9th May 2024

  • 9.6 miles / 15.4 km
  • 751 m ascent
  • Challenging
  • 13.3 Naismith miles

One of the (many) advantages of living in Bentham is easy access to the Yorkshire Three Peaks. The group has taken various routes up each, and in this excellent walk we tackle Ingleborough again. Why? – because it’s still there as Mallory might say.

Most walkers start at Ingleton, but we take the slightly less common starting point at Clapham and approach the peak via a route that passes Clapdale Wood and Ingleborough Cave. We then take an optional short diversion to look at Trow Gill, before continuing slightly further north to find an easier route uphill across Clapham Bottoms and on to the famous Gaping Gill. After that there’s a steep climb up Little Ingleborough before we finally reach the peak, where we enjoy fine views and note bronze age remains and a demolished hospice. The diversions just tipped us over the 15km limit that we use to mark a walk as challenging but leave those out and it would be moderate – though still steep.

  • Total distance 15.4 km (9.6 miles)
  • Total Ascent 751 m
  • Challenging walk


We start in Clapham – which is well signposted from the A65. There is a large car park at the Yorkshire Dales National Park centre, where there are also public toilets. At quieter times of the year it may be possible to find on street parking – we opted for Church Avenue – but if you do this, please park in a manner that is considerate to residents.

If you are using Satnav to get to Church Avenue than the address to enter is Church Avenue LA2 8DT. If you prefer paper maps than the OS grid reference is SD74566938 whilst the what-3-words tag is adopters.noisy.bills

From any of the parking places, we start by heading up to St James Church, a grade II listed building. There has been a church here since at least the 15th century, but almost all of what we see now is the results of extensive rebuilding in 1814 (which were followed by later alterations in the second half of the 19th century). In fact, the tower is all that remains of the 15th century structure.

The interior is equally impressive with fine stained glass and unusual wooden panelling that was created by repurposing Jacobean pews. This was probably implemented in the 19th century as this is when the current pews date from. The church was rebuilt by the Farrar family of Ingleborough Hall, to whom there are several prominent memorials in the graveyard.

From the church we cross the road bridge over Clapham Beck and then turn right to walk uphill. Almost immediately we find a viewing point on our right where we see Clapham Beck flowing down a waterfall from the (man-made) lake within the Ingleborough Estate. To get any closer to the lake or the dam that regulates the water flow over the falls requires a ticket – these are available from The Old Sawmill, and should you wish, you can walk to Ingleborough Cave via the nature trail path through the estate rather than the (free) route we follow – navigation is foolproof and accessible, and you save perhaps 500m.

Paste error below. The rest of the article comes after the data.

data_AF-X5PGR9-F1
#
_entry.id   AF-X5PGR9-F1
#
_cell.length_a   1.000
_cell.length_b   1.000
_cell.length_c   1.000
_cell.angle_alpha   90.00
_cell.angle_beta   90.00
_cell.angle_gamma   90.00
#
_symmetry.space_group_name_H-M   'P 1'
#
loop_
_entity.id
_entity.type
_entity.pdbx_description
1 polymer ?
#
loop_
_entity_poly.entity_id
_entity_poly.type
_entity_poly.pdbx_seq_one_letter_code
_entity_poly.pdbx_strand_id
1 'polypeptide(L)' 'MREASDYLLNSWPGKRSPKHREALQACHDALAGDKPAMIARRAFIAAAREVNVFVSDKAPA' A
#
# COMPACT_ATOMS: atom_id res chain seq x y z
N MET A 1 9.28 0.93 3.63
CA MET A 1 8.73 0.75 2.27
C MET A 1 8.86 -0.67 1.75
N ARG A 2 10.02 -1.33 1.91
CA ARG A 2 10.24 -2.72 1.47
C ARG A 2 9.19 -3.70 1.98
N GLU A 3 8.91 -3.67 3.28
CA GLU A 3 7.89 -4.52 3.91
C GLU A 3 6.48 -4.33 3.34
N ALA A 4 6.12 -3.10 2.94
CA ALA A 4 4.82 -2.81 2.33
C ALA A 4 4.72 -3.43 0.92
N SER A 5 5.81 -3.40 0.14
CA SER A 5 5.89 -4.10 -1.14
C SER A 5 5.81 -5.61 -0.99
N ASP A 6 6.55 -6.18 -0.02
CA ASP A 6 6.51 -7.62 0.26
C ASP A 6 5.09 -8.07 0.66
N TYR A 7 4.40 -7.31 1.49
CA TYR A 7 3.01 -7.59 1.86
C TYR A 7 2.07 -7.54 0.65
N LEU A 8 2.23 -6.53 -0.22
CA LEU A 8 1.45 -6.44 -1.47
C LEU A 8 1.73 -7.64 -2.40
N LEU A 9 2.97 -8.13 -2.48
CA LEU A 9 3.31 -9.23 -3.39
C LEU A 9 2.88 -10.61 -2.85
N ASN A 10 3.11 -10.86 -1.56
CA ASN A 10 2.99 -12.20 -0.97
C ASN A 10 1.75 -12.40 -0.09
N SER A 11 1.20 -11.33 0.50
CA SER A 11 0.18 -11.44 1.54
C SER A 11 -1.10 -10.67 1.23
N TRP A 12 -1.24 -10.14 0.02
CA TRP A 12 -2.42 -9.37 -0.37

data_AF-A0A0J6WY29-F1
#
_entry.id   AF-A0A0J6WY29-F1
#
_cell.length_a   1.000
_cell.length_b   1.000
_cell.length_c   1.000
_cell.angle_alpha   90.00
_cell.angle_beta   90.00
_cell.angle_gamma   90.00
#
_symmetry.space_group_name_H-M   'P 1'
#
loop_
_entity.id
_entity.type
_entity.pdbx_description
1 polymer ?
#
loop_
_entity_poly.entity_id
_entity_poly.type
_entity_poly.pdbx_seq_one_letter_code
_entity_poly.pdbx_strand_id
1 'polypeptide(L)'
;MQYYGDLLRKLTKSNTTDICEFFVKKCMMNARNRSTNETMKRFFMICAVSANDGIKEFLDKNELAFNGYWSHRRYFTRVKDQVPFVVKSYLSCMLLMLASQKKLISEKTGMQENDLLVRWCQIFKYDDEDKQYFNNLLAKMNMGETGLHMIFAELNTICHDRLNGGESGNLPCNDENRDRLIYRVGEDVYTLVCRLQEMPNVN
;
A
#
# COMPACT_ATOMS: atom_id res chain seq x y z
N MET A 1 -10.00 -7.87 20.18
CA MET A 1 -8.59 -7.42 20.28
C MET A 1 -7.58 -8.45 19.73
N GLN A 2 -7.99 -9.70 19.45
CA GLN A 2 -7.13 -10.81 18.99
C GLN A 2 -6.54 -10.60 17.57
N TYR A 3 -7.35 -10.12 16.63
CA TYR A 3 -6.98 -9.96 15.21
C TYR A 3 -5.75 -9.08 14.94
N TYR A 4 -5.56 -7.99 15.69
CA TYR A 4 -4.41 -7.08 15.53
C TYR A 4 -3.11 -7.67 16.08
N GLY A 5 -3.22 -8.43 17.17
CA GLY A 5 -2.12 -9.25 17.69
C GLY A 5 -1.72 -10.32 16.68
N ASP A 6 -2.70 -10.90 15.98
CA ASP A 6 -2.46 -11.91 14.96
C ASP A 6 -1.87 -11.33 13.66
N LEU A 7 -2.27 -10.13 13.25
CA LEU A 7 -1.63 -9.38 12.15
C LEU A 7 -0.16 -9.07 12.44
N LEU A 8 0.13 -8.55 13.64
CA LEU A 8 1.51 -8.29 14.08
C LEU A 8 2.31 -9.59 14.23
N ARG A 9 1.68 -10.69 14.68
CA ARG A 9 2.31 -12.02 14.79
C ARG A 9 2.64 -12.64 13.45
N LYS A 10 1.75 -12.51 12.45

Our route continues past the Old Sawmill – we recommend this convenient and friendly cafe – not only is the food good, but there are interesting artefacts from the days when the building was a water powered sawmill for the estate.


We now head past the side of the sawmill looking for a footpath sign that highlights the route to Ingleborough Cave and Ingleborough – this is no more than 30m past the sawmill. We head right and follow a clear track which takes us around the outside of the Estate and up to a farm at Clapdale, 1km to our north. On the way we pass Limekiln Plantation (on our left) and the rear of Clapdale Wood (on our right).  At the farm, we continue to follow the track and then after a gate need to head right – the track continues on, but there is clear signage to highlight the correct route (pictured).

The path now heads steeply downhill and back to Clapham beck. We are now outside the northern perimeter of the Estate, and once at the bottom of the valley, we head left toward the cave.

Before we get that far though, we (may) hear a curious regular thumping noise – which we soon realise is coming from an enclosed pump house next to the beck. This is a “hydram” pump, a device which uses water pressure from the water cascading downhill to pump a smaller supply uphill. The simple yet effective device is almost maintenance free and reputedly converts 98% of water energy to produce a supply of water to the farm buildings we passed a few minutes ago, and now 100m above our path.  Click here to see a YouTube video explaining how these pumps work

Ahead, and to the left of the beck we now see a more substantial building – this is the entrance to Ingleborough Cave, which was first discovered in 1837 by Victorian explorers who drained away a small lake and went on to discover 500m of previously unexplored passages reaching deep below Ingleborough – which is presumably why the cave is not called Clapham cave.

Today, the cave is well lit, and has been opened up to enable the building of concrete footpaths which leads visitors through a kilometre of passages, passing impressive stalactites, stalagmites and flowstones, dating back millions of years. If you came to here via the nature trails walk, you have the option of a ticket for the caves – this would add about half an hour to the day. Click here to see a YouTube video of the cave

  Beyond the cave entrance the track continues over a bridge -the beck emerges from a spring at Beck Head next to the bridge. From here onward we are in the valley bottom within a very pretty ancient woodland. We follow the path up a very slight slope for about 250m until we see a stile on our right – this is a good route up to Long Lane. We don’t take the stile this time, though and instead use it merely as a landmark – we need to follow the path round to the left a little, where we soon have a choice of routes.